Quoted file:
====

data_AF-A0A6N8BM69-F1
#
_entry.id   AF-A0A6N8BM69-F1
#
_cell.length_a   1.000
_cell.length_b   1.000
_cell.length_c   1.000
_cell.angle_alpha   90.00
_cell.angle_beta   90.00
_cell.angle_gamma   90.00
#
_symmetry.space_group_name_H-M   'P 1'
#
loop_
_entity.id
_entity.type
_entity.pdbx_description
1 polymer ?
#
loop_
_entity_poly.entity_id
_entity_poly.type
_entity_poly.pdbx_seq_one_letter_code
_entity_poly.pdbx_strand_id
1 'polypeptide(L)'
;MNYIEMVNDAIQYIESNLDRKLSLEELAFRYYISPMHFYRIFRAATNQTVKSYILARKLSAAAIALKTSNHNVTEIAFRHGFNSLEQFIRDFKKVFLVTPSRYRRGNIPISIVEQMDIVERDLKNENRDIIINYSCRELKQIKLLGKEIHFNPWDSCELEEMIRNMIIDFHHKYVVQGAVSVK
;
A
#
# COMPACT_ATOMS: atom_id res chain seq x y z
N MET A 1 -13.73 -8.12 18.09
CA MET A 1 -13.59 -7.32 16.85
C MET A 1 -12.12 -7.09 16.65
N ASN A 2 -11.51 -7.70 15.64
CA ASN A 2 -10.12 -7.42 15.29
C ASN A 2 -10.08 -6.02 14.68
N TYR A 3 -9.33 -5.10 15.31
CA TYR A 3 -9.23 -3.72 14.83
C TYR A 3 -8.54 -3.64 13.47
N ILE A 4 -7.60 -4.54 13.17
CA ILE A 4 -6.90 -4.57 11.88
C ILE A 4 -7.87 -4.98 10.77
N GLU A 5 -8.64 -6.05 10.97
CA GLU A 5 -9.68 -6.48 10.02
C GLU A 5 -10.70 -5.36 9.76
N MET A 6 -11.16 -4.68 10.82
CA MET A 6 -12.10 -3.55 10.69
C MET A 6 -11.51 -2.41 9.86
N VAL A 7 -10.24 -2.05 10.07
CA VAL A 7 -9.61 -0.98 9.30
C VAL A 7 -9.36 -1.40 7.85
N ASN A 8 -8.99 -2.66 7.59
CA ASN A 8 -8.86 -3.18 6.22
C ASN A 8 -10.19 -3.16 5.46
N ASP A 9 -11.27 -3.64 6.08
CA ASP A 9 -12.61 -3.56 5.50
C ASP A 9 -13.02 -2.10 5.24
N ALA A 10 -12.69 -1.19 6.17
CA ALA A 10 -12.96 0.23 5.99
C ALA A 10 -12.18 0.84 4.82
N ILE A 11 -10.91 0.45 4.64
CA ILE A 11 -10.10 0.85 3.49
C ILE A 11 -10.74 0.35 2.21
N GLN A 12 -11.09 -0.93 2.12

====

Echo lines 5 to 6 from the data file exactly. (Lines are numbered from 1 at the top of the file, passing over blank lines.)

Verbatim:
_cell.length_a   1.000
_cell.length_b   1.000